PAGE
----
Thursdoy, "Septtmb r 11, 1975
I Ht MI(;HK3AN UAILY
Thrsa, etebr 1,175It.III.A N AL ~aer
By CATHI SUYAK
"I've always wanted to get into
something G-rated," quipped Lorelei
Lee, hopefully but nervously, as she
waited to be called on to dance. "And
just think - maybe now I'll have a G-
rating instead of a G-string."
The annual auditions for the Ring-
ling Brothers-Barnum and Bailey cir-
cus chorus line offered Lorelei hope for
a new career. But she knew the pro-
bable result. She had attended many
simnlar tryouts elsewhere, and the ver-
dict was always the same: no one
wanted to hire for a regular acting
job a performer who had spent the
last few years as one of a leading
"I've been on the road for the last
ten years. And whatever city I'm in,
working in some nasty local burlesque
theater, I go to all the legitimate play
auditions," she said.
"But they always look at me and
say 'What are you doing here? What
kind of place do you think this is, any-
how? A burlesque girl doesn't dance in
our nice place!"'
Consequently, she decided to join the
queue at Detroit's Olympia Stadium,
waiting for a brief moment in the Bar-
num and Bailey center ring-waiting
for that slim chance to be discovered.
Thirty other women were competing
with her for an opportunity to ride ele-
phants, wear gaudy costumes, and fly
through the air with the greatest of
"I love the circus. These are beau-
tiful, fantastic people," she said. "Just
think of the people I'll be working
with- I've worked with belly dancers,
strip tease artists, and a lot of them
are bad. Well, some of them are OK,
but here I'll be around folks I'm sure
She paused. "I'm getting on in
years. I'm 27 years old. I've got to
start wearing more costume. I just
hope they're looking for my 5-foot-7
height, blonde hair, and blue eyes."
She seemed tired of the bump-and-
grind world of burlesque. "Burlesque
is a dying art. It's getting too raun-
chy," she said. She stated that strip-
pers are paid well, "but it's practically
nothing after paying for all your own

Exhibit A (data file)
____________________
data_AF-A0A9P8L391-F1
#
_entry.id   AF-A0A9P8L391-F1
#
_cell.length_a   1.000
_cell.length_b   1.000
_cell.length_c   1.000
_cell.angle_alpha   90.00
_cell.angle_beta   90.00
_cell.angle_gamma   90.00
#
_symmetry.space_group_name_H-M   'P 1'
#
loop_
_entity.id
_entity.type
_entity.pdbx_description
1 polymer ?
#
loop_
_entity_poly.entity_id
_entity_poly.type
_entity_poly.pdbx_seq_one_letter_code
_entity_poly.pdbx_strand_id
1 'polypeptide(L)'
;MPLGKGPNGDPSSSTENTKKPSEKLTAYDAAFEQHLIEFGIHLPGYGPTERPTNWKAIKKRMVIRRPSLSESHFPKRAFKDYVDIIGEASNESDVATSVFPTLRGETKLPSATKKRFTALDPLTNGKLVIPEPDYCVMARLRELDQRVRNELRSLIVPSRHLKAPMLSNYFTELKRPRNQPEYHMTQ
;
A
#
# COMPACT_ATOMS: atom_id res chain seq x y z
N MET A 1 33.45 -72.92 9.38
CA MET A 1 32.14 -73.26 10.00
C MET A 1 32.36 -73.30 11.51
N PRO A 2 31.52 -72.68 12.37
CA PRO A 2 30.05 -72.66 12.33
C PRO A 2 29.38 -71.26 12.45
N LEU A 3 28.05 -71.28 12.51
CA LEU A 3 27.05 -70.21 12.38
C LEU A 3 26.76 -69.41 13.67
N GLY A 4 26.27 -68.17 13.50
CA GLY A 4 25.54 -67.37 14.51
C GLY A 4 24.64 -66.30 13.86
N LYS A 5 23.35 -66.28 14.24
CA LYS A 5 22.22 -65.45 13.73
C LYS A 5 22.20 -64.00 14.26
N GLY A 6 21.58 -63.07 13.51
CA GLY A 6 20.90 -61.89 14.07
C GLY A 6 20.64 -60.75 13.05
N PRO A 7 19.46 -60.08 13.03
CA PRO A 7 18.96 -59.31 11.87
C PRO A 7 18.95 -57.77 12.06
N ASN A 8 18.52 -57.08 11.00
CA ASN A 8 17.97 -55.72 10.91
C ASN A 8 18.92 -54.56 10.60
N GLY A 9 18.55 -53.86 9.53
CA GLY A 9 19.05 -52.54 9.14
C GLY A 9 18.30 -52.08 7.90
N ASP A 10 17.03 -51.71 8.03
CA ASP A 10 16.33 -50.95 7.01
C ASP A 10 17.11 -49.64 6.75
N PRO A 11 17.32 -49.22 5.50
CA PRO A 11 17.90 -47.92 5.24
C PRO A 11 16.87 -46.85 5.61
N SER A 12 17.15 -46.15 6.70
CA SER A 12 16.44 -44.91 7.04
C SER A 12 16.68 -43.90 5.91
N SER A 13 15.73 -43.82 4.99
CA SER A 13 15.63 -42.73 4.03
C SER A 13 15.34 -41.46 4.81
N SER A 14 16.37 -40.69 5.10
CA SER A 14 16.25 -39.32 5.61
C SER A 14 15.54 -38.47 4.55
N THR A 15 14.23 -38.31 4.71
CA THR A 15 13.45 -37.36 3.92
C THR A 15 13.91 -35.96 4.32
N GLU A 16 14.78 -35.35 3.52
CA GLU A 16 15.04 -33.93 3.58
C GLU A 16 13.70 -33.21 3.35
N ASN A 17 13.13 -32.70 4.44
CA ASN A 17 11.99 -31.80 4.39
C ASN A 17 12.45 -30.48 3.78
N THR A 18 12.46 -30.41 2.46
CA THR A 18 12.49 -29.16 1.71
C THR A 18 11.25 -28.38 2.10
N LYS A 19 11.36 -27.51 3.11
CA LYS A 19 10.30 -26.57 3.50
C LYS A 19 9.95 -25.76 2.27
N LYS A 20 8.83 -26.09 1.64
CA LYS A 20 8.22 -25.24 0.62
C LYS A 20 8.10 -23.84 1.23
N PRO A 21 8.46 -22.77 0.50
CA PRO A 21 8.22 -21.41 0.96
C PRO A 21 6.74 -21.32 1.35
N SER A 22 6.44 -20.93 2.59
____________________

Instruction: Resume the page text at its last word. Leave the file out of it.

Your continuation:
transportation and costumes."
And travel on the burlesque circuit is
far from glamorous. "You might get
into Detroit when it's zero degrees out-
side, and you've got on the things you
were wearing in Houston. You're freez-
ing out there at six in the morning,
just shivering like a nut.
"I've arrived in bus stations at 3
a.m. and had to walk ten miles to the
theatre or motel where I was staying.
The agency would say 'Oh, it's right
around the corner', but it would be
three miles away. I'd walk and walk,
dragging my footlockers and every-
But Lorelei never heard from Ring-
ling Brothers after the audition. In-
stead, she was fired from her job at
a Detroit burlesque house because she
skipped a performance to attend the
"They blew their big chance," she
s-id, oiietlv, and prepared to pack her
footlork. r to once again return to the
hbrlesane tour - still hoping, perhaps,
for gnother chance at a G-rating.
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Right-wing Milius takes
555 e. william
By JAMES VALK
In the golden days of yester-
year, "when movies were mov-
ies" as Ross Hunter would say,
the epic spectacle was a stand-
ard option open to any film-
maker (they were movie direc-
tors then) who had the resourc-
es of a major studio to finance
Today, however, with the ma-
jor studio operation on a slight-
ly different perspective, the
spectacle as it was once known
has all but vanished.
That's not to say that very
expensive movies aren't mde
anymore. Quite the contrary,
as Earthquake, Towering In-
ferno and Airport 1975 all had
generous budgets that were un-
grudgingly approved by the stu-
Yet this spectacle today is
not one of grandeur but rather
one of disaster - movies that
depend not so much on lavish
scenery as they do extravagant
sets, tending to place undue
emphasis on watery plotlines
and pitiful characterizations.
That is generally the prevail-
ing rule-of-thumb for motion
picture production today-a rule